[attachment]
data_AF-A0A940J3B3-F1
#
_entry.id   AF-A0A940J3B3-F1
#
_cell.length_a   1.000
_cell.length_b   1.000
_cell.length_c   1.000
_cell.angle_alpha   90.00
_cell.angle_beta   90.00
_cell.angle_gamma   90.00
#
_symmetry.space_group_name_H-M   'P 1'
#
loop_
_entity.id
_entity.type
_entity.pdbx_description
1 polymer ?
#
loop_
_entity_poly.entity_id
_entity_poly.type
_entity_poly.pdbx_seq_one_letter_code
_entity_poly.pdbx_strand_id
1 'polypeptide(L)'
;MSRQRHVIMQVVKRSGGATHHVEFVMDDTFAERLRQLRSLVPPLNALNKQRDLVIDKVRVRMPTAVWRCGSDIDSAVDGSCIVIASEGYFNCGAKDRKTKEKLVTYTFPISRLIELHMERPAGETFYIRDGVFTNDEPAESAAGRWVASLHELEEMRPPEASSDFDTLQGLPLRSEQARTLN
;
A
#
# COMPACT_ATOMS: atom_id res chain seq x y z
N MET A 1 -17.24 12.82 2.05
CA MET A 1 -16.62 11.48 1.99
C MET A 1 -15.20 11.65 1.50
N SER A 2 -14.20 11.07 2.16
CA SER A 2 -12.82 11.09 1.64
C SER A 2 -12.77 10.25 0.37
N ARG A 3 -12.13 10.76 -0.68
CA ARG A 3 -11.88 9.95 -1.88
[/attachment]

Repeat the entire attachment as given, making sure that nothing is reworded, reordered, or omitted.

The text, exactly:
data_AF-A0A940J3B3-F1
#
_entry.id   AF-A0A940J3B3-F1
#
_cell.length_a   1.000
_cell.length_b   1.000
_cell.length_c   1.000
_cell.angle_alpha   90.00
_cell.angle_beta   90.00
_cell.angle_gamma   90.00
#
_symmetry.space_group_name_H-M   'P 1'
#
loop_
_entity.id
_entity.type
_entity.pdbx_description
1 polymer ?
#
loop_
_entity_poly.entity_id
_entity_poly.type
_entity_poly.pdbx_seq_one_letter_code
_entity_poly.pdbx_strand_id
1 'polypeptide(L)'
;MSRQRHVIMQVVKRSGGATHHVEFVMDDTFAERLRQLRSLVPPLNALNKQRDLVIDKVRVRMPTAVWRCGSDIDSAVDGSCIVIASEGYFNCGAKDRKTKEKLVTYTFPISRLIELHMERPAGETFYIRDGVFTNDEPAESAAGRWVASLHELEEMRPPEASSDFDTLQGLPLRSEQARTLN
;
A
#
# COMPACT_ATOMS: atom_id res chain seq x y z
N MET A 1 -17.24 12.82 2.05
CA MET A 1 -16.62 11.48 1.99
C MET A 1 -15.20 11.65 1.50
N SER A 2 -14.20 11.07 2.16
CA SER A 2 -12.82 11.09 1.64
C SER A 2 -12.77 10.25 0.37
N ARG A 3 -12.13 10.76 -0.68
CA ARG A 3 -11.88 9.95 -1.88